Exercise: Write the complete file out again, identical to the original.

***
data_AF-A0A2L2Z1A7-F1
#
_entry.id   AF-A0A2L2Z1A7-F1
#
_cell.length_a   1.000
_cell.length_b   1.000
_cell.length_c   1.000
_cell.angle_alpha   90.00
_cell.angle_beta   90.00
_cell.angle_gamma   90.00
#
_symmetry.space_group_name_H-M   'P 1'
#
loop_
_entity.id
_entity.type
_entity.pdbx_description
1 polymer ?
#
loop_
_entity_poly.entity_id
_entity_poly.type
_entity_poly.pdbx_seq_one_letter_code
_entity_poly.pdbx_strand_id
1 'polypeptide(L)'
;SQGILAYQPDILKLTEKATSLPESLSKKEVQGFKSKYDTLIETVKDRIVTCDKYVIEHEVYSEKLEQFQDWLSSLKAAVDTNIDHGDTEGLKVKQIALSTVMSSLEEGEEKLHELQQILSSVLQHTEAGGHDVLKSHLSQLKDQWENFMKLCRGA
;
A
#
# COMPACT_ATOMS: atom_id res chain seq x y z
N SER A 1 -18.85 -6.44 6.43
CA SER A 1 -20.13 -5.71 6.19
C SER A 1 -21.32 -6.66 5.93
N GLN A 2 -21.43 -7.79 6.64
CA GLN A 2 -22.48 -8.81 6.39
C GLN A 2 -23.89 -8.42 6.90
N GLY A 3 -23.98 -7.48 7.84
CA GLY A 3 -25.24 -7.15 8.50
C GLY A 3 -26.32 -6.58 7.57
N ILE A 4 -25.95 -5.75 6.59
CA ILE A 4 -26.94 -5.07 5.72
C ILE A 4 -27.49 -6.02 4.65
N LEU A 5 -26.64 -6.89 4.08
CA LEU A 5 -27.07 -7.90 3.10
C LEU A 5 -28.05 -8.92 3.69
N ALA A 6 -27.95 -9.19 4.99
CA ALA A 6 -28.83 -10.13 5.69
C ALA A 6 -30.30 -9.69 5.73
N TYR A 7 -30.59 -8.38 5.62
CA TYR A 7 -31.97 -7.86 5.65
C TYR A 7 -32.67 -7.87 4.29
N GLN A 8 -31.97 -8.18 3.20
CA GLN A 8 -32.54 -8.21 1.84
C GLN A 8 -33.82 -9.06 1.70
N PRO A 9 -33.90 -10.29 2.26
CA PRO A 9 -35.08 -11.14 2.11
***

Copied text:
data_AF-A0A2L2Z1A7-F1
#
_entry.id   AF-A0A2L2Z1A7-F1
#
_cell.length_a   1.000
_cell.length_b   1.000
_cell.length_c   1.000
_cell.angle_alpha   90.00
_cell.angle_beta   90.00
_cell.angle_gamma   90.00
#
_symmetry.space_group_name_H-M   'P 1'
#
loop_
_entity.id
_entity.type
_entity.pdbx_description
1 polymer ?
#
loop_
_entity_poly.entity_id
_entity_poly.type
_entity_poly.pdbx_seq_one_letter_code
_entity_poly.pdbx_strand_id
1 'polypeptide(L)'
;SQGILAYQPDILKLTEKATSLPESLSKKEVQGFKSKYDTLIETVKDRIVTCDKYVIEHEVYSEKLEQFQDWLSSLKAAVDTNIDHGDTEGLKVKQIALSTVMSSLEEGEEKLHELQQILSSVLQHTEAGGHDVLKSHLSQLKDQWENFMKLCRGA
;
A
#
# COMPACT_ATOMS: atom_id res chain seq x y z
N SER A 1 -18.85 -6.44 6.43
CA SER A 1 -20.13 -5.71 6.19
C SER A 1 -21.32 -6.66 5.93
N GLN A 2 -21.43 -7.79 6.64
CA GLN A 2 -22.48 -8.81 6.39
C GLN A 2 -23.89 -8.42 6.90
N GLY A 3 -23.98 -7.48 7.84
CA GLY A 3 -25.24 -7.15 8.50
C GLY A 3 -26.32 -6.58 7.57
N ILE A 4 -25.95 -5.75 6.59
CA ILE A 4 -26.94 -5.07 5.72
C ILE A 4 -27.49 -6.02 4.65
N LEU A 5 -26.64 -6.89 4.08
CA LEU A 5 -27.07 -7.90 3.10
C LEU A 5 -28.05 -8.92 3.69
N ALA A 6 -27.95 -9.19 4.99
CA ALA A 6 -28.83 -10.13 5.69
C ALA A 6 -30.30 -9.69 5.73
N TYR A 7 -30.59 -8.38 5.62
CA TYR A 7 -31.97 -7.86 5.65
C TYR A 7 -32.67 -7.87 4.29
N GLN A 8 -31.97 -8.18 3.20
CA GLN A 8 -32.54 -8.21 1.84
C GLN A 8 -33.82 -9.06 1.70
N PRO A 9 -33.90 -10.29 2.26
CA PRO A 9 -35.08 -11.14 2.11